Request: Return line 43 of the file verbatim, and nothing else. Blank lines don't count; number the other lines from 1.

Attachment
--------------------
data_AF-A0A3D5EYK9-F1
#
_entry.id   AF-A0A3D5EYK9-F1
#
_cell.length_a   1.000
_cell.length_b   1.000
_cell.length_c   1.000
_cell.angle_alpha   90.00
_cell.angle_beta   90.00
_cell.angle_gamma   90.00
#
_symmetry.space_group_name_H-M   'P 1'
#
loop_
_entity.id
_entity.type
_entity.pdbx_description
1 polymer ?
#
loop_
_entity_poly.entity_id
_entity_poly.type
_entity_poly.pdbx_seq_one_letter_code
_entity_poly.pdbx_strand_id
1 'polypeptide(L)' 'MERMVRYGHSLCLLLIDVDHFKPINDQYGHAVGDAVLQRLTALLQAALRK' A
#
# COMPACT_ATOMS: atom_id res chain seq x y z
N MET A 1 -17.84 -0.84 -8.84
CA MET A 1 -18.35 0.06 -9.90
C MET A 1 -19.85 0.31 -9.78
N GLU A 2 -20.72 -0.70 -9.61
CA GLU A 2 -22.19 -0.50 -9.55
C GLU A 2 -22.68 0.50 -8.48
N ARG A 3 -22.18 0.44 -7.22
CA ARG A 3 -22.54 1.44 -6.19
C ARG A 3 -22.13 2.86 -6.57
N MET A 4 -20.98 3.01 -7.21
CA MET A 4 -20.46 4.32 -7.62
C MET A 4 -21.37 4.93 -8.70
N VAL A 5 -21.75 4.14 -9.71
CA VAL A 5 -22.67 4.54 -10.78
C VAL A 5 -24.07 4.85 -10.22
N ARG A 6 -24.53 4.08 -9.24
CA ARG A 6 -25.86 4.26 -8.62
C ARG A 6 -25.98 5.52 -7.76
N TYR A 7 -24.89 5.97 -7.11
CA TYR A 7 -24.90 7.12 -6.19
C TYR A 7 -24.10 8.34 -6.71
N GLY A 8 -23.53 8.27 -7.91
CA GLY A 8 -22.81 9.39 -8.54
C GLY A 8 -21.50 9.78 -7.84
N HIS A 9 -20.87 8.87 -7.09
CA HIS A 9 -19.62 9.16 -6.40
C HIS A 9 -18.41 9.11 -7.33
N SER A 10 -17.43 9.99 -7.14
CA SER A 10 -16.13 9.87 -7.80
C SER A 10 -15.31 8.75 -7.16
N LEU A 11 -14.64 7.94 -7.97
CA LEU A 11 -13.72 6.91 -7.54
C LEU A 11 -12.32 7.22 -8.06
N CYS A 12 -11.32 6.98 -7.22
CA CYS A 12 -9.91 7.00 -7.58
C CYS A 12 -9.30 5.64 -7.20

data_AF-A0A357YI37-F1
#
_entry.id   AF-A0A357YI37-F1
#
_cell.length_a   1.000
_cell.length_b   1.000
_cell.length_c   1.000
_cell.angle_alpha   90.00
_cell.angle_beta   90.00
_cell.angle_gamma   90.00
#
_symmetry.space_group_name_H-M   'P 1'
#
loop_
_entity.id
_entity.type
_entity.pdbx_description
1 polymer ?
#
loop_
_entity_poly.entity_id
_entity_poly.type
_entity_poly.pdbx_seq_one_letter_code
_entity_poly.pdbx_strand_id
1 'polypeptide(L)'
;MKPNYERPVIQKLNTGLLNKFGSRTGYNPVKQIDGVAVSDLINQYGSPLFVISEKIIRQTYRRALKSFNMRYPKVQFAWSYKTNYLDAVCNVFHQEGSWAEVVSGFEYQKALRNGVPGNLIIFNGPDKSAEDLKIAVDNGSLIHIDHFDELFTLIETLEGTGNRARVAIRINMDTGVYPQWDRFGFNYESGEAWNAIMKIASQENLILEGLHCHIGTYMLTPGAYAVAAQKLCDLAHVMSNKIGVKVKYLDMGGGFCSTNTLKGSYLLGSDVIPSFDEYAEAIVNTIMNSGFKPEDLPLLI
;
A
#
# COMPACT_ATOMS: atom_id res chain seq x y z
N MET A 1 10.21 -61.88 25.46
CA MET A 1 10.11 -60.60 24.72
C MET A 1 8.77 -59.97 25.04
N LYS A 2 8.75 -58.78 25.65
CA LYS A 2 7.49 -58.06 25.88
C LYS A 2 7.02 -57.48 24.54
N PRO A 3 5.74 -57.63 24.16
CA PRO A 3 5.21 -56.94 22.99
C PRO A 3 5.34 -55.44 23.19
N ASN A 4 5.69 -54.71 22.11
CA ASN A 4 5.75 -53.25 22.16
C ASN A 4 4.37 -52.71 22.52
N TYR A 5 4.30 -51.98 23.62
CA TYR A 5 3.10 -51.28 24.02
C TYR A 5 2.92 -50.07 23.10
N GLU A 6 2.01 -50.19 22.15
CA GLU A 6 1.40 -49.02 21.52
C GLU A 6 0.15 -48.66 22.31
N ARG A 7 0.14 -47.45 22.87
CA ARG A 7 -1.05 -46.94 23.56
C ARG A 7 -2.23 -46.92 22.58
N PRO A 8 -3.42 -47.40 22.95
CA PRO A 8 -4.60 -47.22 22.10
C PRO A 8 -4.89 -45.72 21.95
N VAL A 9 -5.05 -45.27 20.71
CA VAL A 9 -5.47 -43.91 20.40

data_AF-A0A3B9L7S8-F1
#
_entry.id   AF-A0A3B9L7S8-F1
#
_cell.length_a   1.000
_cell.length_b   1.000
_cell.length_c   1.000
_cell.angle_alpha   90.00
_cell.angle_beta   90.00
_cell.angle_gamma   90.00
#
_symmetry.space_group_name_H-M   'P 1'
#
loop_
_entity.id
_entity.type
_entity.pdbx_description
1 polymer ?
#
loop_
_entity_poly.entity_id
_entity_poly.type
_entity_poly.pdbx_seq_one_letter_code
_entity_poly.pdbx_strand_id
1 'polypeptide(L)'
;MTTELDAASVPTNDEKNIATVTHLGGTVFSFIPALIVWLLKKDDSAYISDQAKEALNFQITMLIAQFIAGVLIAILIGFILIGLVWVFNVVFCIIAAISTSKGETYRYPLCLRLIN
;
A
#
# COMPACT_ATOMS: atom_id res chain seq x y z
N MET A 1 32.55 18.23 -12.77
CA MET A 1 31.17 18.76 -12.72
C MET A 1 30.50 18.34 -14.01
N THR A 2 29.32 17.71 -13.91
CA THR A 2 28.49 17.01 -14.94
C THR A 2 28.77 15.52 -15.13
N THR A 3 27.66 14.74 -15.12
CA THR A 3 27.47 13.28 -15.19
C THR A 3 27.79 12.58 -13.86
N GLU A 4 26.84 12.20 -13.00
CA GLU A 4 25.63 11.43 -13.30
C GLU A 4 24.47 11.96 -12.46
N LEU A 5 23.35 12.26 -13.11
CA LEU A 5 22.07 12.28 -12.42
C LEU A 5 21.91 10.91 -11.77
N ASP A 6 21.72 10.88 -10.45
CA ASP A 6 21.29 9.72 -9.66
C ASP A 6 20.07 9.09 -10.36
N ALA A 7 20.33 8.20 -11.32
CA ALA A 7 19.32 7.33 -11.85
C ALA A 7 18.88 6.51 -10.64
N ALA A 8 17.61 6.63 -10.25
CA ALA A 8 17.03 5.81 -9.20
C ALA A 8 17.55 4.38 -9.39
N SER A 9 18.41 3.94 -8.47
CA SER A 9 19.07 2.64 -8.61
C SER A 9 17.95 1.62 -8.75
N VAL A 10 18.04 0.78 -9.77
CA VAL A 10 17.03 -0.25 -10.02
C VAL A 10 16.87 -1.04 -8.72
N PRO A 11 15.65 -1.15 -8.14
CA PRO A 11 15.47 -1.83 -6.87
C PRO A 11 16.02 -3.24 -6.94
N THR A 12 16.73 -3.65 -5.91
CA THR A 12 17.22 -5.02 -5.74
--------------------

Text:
N ARG A 6 -24.53 4.08 -9.24